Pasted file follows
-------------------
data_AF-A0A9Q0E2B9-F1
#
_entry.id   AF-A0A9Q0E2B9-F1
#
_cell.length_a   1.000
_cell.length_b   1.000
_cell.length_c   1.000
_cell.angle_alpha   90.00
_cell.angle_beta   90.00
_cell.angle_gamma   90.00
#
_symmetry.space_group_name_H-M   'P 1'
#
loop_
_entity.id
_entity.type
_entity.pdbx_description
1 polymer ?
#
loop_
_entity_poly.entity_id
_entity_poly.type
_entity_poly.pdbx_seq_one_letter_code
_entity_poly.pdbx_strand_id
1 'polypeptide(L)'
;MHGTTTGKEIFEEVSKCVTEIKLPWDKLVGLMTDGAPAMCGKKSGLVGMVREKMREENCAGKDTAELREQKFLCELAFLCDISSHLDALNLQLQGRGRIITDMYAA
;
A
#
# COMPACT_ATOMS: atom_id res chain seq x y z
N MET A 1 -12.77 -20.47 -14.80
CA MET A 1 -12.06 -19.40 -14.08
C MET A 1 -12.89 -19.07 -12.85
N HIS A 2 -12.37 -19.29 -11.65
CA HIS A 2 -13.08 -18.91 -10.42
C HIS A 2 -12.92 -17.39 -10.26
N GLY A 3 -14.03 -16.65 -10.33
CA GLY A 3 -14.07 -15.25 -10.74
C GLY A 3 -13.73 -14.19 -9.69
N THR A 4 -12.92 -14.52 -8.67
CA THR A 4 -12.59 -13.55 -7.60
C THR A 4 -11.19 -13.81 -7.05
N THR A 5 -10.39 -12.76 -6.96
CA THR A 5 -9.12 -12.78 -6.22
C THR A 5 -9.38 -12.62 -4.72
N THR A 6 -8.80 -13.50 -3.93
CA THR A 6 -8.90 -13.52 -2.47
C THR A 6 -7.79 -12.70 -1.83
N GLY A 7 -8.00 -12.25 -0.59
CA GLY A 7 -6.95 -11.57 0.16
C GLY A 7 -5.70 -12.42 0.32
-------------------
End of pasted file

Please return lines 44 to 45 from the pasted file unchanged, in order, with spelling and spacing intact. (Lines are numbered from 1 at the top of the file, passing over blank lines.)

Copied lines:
CA THR A 5 -9.12 -12.78 -6.22
C THR A 5 -9.38 -12.62 -4.72